Gunscape PS4 Review

A few months back a game called Bedlam attempted to both celebrate and mock the history of first-person shooters. It’s fair to say that it fell flat in its pursuit of nostalgia-baiting hilarity by virtue of being a bit dull and wonky, but here we have Gunscape, taking a different, potentially more exciting approach to the same subject. Gunscape asks the question ‘do you want to make your own 90’s shooter?’, but will the answer be yes?


There is a lazy, but entirely relevant comparison to make for Gunscape. Minecraft for shooters. There’s a ‘campaign’ which pays homage to those shooters of a golden age, full of low-polygon Nazi’s, aliens, dinosaurs, cyborgs and robot spiders to blast with a pick n’ mix selection of FPS weaponry of that era (trusty shotguns to absurd alien rocket launchers are present). It’s patched together with a passable, if flimsy plot and merely serves as an extended example for the real reason to show interest in Gunscape, which is making a game/map of your own.

Gunscape gives you a set of simple tools to create levels/arenas from scratch, block by block. It does this with a selection of skins ‘inspired’ by some of gaming’s finest first-person shooters (guess what games are homaged with titles like ‘Too Rockin’ and ‘Bathysphere’), and various weaponry, props and enemies from within them. The interface and application of this creation system is simple and effective. The true test of any such mode is how well you can recreate other games, and already there are maps and levels from the likes of Unreal Tournament 99 and Doom that almost nail their respective styles perfectly. It’s a most impressive mode, bolstered by a social side that grants you the ability to have other players help build your maps. It’s all set up for a community to be grown from it, the menus make sure to let you know that with several tiles dedicated to telling you who’s playing and building what right this moment.


None of this would matter one bit if the game’s mechanics weren’t wonkier than Sly Stallone’s nose. They’re not exactly all that accessible for modern players, with a control scheme rooted firmly in the golden years of first person shooting, albeit with the odd modern flourish. Strafing and speed is key to survival here, while accuracy is harder to manage on a controller so it loses something in translation from the PC version. Still, everybody is inconvenienced in the same way so there’s no disadvantages, just decent, if slightly disappointing, shooting. There’s something else, however, that could well make all the good intentions in the world irrelevant and kill Gunscape off permanently with next to no chance of a respawn – the community.

Gunscape has some enjoyment for the solo player, mostly through building levels and maps (you’re not going to return to the campaign that’s for sure), but multiplayer is obviously what the game strives to provide its player base with, and already there’s a major concern that Gunscape won’t be able to build a reasonably-sized community, let alone sustain one. I had to wait until the game officially released on PS4 in order to play any Free For All, Capture the Flag, Team Deathmatch and all the rest with actual people, and to see just how many people were playing it from day one. The early signs weren’t promising. On launch day there was barely a dozen different people playing or creating. Most of which showed up in just one Team Deathmatch map (which was a genuinely good user-created one at that). During that time it was immensely enjoyable to play without ever being quite as compelling as the very best shooters, but if nobody is contributing to the community, then this well of potential is going to dry up faster than a born-again Christian who’s just come out of rehab.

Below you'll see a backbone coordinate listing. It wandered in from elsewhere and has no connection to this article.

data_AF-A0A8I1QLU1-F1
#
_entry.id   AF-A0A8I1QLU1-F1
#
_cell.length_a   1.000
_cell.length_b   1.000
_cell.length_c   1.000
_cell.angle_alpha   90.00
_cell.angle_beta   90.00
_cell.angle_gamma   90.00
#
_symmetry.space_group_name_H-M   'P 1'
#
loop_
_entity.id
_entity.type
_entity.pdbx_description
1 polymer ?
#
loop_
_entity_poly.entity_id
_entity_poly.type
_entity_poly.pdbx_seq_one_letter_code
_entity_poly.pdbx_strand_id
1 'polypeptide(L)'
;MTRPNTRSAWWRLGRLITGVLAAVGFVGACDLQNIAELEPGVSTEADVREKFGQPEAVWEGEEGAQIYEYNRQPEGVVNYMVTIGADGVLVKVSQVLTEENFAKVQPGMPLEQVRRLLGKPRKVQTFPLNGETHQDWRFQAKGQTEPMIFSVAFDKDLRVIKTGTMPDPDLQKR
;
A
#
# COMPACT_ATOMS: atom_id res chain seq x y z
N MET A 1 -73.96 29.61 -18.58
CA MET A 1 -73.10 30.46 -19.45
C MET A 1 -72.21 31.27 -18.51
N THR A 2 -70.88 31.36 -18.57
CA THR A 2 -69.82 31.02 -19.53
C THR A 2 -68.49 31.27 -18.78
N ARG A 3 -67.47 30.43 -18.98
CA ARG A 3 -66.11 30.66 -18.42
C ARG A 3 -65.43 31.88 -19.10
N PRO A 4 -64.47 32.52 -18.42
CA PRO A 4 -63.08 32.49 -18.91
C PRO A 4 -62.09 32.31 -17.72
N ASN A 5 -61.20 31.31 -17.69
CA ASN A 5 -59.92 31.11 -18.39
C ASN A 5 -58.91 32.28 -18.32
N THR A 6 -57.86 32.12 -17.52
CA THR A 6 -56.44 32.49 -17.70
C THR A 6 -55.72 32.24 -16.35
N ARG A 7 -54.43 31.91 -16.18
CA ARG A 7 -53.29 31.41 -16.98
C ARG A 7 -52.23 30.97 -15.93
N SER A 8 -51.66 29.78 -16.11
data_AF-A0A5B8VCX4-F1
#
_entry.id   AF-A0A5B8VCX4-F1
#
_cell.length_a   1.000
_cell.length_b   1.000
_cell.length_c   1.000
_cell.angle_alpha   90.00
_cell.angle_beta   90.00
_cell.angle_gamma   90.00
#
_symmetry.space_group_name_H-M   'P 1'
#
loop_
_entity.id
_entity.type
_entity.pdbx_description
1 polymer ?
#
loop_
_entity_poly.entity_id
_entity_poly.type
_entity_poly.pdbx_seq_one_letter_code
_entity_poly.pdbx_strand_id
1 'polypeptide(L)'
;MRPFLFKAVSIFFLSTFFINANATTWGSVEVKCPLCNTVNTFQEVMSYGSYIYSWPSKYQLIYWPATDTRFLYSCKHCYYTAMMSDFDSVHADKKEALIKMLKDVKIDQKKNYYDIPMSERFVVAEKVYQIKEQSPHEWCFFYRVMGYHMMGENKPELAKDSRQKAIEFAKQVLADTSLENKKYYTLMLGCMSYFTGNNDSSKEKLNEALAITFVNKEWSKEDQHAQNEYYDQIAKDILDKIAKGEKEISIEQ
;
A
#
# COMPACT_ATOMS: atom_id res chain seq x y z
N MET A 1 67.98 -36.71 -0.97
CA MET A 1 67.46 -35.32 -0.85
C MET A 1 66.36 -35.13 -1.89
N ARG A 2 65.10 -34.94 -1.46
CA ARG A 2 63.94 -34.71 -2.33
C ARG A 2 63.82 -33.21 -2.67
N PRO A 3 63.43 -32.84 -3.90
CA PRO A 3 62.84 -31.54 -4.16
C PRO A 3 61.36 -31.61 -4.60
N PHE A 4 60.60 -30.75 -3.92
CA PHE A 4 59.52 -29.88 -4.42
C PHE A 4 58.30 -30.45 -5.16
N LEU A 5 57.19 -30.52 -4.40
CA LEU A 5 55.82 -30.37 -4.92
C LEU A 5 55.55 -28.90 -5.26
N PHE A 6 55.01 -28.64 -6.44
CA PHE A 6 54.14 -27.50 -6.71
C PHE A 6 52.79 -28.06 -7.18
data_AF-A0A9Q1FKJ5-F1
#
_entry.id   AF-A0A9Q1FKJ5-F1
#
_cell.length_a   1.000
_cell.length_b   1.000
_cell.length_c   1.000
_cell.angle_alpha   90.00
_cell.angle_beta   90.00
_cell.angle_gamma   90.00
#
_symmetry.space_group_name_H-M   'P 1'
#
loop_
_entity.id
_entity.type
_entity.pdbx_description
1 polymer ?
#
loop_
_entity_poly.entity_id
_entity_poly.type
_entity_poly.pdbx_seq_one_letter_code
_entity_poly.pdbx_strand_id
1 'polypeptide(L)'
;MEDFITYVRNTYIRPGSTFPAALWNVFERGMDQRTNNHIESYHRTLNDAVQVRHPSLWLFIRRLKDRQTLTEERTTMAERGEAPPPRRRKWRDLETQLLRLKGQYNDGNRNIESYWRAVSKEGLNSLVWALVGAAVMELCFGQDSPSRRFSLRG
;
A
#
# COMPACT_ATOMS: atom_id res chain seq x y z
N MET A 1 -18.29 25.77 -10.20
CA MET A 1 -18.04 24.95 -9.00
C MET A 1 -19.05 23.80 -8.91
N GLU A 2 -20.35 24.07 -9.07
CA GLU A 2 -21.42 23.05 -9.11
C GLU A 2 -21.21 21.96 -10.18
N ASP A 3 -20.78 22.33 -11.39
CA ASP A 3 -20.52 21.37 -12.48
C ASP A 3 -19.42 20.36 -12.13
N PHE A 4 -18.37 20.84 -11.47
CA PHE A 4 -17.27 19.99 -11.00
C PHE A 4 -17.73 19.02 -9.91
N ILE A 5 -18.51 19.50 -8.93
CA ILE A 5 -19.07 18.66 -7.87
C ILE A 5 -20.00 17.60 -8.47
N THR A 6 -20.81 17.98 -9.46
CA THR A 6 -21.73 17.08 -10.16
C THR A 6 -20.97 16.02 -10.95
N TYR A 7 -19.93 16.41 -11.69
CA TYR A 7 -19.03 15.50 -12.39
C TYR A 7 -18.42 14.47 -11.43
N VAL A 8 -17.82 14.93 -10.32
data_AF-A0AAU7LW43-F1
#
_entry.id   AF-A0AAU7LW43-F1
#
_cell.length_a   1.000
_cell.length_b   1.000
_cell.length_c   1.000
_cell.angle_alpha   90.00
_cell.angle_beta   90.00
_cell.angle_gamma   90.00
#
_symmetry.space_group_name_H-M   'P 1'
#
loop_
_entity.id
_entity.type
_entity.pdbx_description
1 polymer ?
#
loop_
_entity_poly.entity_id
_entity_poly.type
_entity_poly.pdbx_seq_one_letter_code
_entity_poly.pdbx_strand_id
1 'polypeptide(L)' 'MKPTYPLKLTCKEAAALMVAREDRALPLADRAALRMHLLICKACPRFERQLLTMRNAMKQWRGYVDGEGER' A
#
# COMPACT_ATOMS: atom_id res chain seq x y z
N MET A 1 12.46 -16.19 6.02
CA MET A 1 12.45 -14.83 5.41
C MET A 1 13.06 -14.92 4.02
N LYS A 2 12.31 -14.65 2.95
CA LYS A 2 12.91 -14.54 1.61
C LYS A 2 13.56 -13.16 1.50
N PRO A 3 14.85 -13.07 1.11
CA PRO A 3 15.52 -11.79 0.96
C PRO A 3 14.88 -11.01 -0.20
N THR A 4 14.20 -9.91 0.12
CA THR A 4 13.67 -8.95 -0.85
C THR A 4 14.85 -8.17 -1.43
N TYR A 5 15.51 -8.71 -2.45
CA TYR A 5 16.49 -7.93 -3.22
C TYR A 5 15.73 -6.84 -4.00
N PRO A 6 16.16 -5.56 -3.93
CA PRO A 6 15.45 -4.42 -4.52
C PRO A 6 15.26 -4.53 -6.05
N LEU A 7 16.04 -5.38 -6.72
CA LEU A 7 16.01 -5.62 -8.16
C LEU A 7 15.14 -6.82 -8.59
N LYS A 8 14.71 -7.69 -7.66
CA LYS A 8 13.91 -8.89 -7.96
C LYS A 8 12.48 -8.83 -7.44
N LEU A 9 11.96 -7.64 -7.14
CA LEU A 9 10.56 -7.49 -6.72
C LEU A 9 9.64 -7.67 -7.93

It’s a real sickener that it hasn’t got any better another day removed from launch, and word of mouth would undoubtedly be the way to sell Gunscape’s qualities to a larger audience, yet most of those mouths are found on a different format so the uphill struggle for recognition becomes almost vertical. Throw in the snobbery many console players have concerning visuals and you might as well be trying to get into space by jumping on a trampoline. The killer blow comes with the realization that Gunscape would have to be a pretty spectacular package to begin with as well. As documented earlier, it is fairly good as a shooter, but could you pick its mechanics out of a lineup? No, it’s a little too generic and lacking in impact to stand out as its own thing. Perhaps this is because Gunscape is too wrapped up in being an approximation of several classic titles, and subsequently means it suffers a lack of identity; the irony of this being that it needs a stylistic approximation in order to compliment player’s original creations. With time, the game could feasibly branch out and add more depth and scope for originality, but again, this is with the assumption that there will be a community to make such tweaks and changes for.

It’s frustrating to see such ambition struggle to be fulfilled. Gunscape is a pretty good base version of a game creation platform that has masses of potential. It’s not a particularly special shooter, but a game like this is one that could be refined over time and that is the gamble you take, you, as a developer, can only do your best to drive home your plan and hope that it sticks. Of course, not every game can be Minecraft and blow up to such grand proportions, but the swell of games aping that formula make it incredibly hard to get noticed without advertising and anything less than a captivating hook. Gunscape is almost there, but almost might not be enough to survive.



The Final Word

Gunscape could be a good game creator with a healthy lifespan, but a high price point, unoriginal concepts, and muddled ideals are just the tip of the iceberg that looks like it will sink the game's lofty ambitions.